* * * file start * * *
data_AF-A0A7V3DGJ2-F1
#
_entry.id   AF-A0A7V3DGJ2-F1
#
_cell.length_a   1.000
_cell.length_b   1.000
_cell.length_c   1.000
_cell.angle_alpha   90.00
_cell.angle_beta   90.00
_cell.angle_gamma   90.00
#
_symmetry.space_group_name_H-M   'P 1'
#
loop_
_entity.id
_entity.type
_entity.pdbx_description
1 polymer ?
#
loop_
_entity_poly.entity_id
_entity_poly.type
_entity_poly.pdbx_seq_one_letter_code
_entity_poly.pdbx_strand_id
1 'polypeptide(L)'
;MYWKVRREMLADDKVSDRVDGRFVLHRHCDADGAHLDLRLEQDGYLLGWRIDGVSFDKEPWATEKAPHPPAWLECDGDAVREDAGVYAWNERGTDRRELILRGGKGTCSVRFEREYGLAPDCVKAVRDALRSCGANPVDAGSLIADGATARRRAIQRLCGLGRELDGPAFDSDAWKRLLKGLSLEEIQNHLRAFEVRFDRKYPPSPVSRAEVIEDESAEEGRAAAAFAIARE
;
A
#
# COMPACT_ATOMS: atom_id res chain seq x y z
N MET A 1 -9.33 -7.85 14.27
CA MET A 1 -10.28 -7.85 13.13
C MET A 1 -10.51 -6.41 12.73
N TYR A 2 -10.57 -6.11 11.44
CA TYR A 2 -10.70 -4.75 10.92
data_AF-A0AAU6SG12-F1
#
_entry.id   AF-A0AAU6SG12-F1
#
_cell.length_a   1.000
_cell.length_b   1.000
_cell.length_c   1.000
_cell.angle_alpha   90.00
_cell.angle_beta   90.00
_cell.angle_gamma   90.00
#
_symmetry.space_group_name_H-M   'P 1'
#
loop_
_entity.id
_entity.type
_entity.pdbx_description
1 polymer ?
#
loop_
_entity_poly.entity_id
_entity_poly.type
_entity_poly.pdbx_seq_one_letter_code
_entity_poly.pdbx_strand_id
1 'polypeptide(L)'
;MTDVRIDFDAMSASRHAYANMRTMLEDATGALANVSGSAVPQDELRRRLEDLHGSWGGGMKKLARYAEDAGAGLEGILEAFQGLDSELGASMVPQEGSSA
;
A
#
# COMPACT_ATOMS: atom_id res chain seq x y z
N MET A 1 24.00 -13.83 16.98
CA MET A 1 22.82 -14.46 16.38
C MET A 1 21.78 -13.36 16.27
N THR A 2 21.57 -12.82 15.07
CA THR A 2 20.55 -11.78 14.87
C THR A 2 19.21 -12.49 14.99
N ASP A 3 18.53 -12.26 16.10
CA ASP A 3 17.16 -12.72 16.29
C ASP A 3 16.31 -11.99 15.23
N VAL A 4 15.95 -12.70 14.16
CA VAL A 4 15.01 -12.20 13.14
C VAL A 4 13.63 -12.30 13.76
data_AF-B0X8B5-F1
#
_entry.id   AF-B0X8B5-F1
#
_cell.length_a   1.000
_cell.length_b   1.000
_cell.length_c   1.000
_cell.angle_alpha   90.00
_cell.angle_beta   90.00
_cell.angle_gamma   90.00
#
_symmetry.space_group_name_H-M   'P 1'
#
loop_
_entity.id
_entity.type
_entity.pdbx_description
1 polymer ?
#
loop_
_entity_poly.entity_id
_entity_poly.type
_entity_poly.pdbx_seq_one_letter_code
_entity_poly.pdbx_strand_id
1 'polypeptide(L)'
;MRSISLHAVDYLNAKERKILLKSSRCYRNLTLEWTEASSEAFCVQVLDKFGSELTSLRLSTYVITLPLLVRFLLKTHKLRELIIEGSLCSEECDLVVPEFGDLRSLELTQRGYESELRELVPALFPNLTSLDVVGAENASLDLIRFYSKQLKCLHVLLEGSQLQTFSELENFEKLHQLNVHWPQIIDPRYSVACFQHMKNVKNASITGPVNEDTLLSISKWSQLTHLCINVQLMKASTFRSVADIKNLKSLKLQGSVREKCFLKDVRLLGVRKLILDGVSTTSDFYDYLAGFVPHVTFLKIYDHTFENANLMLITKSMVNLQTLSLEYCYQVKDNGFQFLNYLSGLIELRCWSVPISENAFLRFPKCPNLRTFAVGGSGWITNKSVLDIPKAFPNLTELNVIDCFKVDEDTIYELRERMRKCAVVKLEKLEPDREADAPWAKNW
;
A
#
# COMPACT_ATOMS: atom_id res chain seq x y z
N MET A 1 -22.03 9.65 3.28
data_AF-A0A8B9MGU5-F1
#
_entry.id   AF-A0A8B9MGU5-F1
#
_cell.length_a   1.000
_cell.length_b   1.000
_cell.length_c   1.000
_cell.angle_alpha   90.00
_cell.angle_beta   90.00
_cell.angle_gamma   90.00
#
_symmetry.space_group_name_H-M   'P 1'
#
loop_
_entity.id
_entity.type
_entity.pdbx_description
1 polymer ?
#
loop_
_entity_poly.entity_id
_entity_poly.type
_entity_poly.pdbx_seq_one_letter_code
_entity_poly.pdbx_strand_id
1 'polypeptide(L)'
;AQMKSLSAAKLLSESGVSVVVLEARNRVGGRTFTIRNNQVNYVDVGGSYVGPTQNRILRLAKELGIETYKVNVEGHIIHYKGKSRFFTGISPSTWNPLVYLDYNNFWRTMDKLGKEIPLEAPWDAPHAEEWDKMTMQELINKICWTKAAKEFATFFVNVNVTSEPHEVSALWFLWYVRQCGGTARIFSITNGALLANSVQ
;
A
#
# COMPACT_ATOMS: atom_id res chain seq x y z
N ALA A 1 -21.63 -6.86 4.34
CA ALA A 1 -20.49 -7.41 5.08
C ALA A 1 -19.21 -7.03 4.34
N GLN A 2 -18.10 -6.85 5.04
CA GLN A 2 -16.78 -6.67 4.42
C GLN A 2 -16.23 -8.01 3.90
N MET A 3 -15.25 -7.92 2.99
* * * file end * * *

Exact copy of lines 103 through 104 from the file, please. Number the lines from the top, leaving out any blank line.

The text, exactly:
;MRSISLHAVDYLNAKERKILLKSSRCYRNLTLEWTEASSEAFCVQVLDKFGSELTSLRLSTYVITLPLLVRFLLKTHKLRELIIEGSLCSEECDLVVPEFGDLRSLELTQRGYESELRELVPALFPNLTSLDVVGAENASLDLIRFYSKQLKCLHVLLEGSQLQTFSELENFEKLHQLNVHWPQIIDPRYSVACFQHMKNVKNASITGPVNEDTLLSISKWSQLTHLCINVQLMKASTFRSVADIKNLKSLKLQGSVREKCFLKDVRLLGVRKLILDGVSTTSDFYDYLAGFVPHVTFLKIYDHTFENANLMLITKSMVNLQTLSLEYCYQVKDNGFQFLNYLSGLIELRCWSVPISENAFLRFPKCPNLRTFAVGGSGWITNKSVLDIPKAFPNLTELNVIDCFKVDEDTIYELRERMRKCAVVKLEKLEPDREADAPWAKNW
;